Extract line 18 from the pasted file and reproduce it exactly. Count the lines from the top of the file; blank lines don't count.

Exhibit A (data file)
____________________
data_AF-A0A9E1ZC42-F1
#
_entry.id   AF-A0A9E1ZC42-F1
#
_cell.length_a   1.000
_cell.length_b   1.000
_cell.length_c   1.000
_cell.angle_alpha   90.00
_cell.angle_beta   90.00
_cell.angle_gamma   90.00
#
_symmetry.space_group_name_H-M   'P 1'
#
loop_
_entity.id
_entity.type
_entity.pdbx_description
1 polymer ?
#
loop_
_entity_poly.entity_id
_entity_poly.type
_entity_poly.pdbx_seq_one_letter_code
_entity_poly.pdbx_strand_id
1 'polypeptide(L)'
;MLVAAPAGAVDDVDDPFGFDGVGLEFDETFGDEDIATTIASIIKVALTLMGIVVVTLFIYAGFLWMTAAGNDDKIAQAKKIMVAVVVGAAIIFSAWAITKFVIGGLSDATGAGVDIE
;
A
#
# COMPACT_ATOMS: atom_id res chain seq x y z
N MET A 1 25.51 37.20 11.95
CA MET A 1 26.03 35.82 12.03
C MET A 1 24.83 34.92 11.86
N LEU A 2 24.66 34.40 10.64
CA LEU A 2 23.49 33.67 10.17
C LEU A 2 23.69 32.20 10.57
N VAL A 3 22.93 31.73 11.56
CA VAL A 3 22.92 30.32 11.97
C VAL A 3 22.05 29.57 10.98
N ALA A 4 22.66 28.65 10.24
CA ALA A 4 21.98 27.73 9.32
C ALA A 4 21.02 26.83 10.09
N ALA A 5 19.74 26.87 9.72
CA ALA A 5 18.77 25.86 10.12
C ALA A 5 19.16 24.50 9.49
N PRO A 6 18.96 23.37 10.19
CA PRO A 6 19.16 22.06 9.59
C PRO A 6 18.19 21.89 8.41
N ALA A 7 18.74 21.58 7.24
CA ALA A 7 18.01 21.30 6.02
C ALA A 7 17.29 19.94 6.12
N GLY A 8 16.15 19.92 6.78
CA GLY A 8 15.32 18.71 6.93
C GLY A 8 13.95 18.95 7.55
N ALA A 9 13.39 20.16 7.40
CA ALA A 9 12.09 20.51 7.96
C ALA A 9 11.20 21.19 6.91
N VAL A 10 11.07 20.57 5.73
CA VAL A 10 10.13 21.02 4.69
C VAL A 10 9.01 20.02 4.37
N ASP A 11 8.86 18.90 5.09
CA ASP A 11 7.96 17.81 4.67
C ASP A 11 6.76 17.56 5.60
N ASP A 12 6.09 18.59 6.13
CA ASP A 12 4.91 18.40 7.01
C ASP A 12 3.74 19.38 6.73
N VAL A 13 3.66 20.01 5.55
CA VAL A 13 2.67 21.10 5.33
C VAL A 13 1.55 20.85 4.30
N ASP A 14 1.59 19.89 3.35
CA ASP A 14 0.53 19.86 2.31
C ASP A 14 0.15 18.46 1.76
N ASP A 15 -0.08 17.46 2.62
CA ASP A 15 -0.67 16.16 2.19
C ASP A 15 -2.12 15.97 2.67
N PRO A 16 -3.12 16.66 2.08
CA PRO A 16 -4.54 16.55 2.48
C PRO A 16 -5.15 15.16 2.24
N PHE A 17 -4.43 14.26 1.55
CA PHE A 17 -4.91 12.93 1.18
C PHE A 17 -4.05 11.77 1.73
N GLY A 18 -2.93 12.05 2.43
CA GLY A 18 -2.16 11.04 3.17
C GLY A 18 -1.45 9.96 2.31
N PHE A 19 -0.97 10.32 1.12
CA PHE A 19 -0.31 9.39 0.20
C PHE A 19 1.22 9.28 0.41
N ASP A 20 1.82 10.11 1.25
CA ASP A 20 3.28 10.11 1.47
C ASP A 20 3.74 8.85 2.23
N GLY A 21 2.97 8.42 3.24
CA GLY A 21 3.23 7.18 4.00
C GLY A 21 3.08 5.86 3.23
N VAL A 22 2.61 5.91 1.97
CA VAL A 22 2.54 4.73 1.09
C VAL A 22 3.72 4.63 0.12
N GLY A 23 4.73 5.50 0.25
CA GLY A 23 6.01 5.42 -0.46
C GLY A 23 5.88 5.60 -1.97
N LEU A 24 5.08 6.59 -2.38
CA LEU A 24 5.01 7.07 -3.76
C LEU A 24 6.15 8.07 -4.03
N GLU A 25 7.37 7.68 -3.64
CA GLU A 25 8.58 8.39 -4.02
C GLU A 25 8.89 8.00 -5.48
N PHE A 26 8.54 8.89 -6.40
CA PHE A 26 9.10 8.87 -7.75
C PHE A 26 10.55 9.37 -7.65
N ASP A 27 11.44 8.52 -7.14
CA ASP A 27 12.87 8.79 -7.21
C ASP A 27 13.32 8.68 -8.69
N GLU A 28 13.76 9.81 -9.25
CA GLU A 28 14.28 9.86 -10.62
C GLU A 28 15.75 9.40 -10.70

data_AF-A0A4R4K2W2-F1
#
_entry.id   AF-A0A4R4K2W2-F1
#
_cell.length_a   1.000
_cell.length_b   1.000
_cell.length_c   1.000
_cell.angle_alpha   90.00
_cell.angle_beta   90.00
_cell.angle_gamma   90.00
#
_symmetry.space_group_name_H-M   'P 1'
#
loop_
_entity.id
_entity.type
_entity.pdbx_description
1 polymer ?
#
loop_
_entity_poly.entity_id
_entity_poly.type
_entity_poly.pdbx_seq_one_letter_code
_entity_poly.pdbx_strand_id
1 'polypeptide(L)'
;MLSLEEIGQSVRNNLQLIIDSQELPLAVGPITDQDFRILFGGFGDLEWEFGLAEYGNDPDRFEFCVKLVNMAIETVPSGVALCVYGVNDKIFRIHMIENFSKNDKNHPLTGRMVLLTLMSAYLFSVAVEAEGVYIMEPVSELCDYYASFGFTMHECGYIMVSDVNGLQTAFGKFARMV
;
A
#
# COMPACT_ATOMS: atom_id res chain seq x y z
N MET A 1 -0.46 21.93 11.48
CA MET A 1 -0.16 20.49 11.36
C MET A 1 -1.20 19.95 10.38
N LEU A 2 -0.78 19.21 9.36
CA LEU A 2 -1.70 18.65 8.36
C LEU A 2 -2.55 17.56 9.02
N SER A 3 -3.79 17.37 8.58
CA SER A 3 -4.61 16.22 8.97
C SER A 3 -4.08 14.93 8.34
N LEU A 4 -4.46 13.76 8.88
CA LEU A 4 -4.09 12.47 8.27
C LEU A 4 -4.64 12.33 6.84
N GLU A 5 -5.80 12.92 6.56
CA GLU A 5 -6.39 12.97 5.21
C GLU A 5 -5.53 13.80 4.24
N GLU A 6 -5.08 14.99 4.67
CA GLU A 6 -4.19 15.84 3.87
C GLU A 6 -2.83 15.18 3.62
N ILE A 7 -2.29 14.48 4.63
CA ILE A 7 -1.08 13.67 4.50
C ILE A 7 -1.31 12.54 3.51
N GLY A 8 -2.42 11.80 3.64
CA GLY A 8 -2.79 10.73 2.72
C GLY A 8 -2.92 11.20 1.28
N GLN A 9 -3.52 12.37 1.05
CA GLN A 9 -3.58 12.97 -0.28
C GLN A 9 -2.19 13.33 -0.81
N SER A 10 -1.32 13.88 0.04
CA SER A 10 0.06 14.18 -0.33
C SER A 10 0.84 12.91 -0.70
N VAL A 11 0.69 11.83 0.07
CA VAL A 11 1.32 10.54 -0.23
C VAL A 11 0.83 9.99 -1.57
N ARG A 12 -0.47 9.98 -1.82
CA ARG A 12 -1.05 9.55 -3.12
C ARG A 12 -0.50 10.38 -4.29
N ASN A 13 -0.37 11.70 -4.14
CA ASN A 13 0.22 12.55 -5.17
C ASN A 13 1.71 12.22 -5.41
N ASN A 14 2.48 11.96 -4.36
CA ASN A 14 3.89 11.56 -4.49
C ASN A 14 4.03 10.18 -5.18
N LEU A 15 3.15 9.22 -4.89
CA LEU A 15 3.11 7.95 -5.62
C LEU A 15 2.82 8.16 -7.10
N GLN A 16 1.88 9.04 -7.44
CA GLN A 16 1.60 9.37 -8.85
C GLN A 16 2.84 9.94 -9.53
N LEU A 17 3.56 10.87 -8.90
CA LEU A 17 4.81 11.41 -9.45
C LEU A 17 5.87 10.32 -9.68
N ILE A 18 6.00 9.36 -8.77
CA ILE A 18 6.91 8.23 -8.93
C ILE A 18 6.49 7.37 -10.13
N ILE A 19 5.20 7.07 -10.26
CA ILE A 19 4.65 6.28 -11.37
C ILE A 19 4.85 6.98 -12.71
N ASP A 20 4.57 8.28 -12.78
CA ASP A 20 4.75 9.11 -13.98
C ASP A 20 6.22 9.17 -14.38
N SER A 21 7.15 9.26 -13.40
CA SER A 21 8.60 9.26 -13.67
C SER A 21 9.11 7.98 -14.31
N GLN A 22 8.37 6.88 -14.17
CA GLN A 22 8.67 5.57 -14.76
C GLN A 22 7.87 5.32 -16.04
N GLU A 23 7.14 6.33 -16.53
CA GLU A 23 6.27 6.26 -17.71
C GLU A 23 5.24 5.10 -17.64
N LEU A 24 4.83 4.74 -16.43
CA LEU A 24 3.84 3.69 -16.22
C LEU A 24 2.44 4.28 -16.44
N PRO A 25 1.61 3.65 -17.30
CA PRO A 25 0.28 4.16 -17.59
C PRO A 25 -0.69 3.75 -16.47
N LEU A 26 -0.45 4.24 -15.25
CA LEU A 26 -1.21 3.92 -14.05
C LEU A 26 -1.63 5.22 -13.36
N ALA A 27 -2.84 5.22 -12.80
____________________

1 polymer ?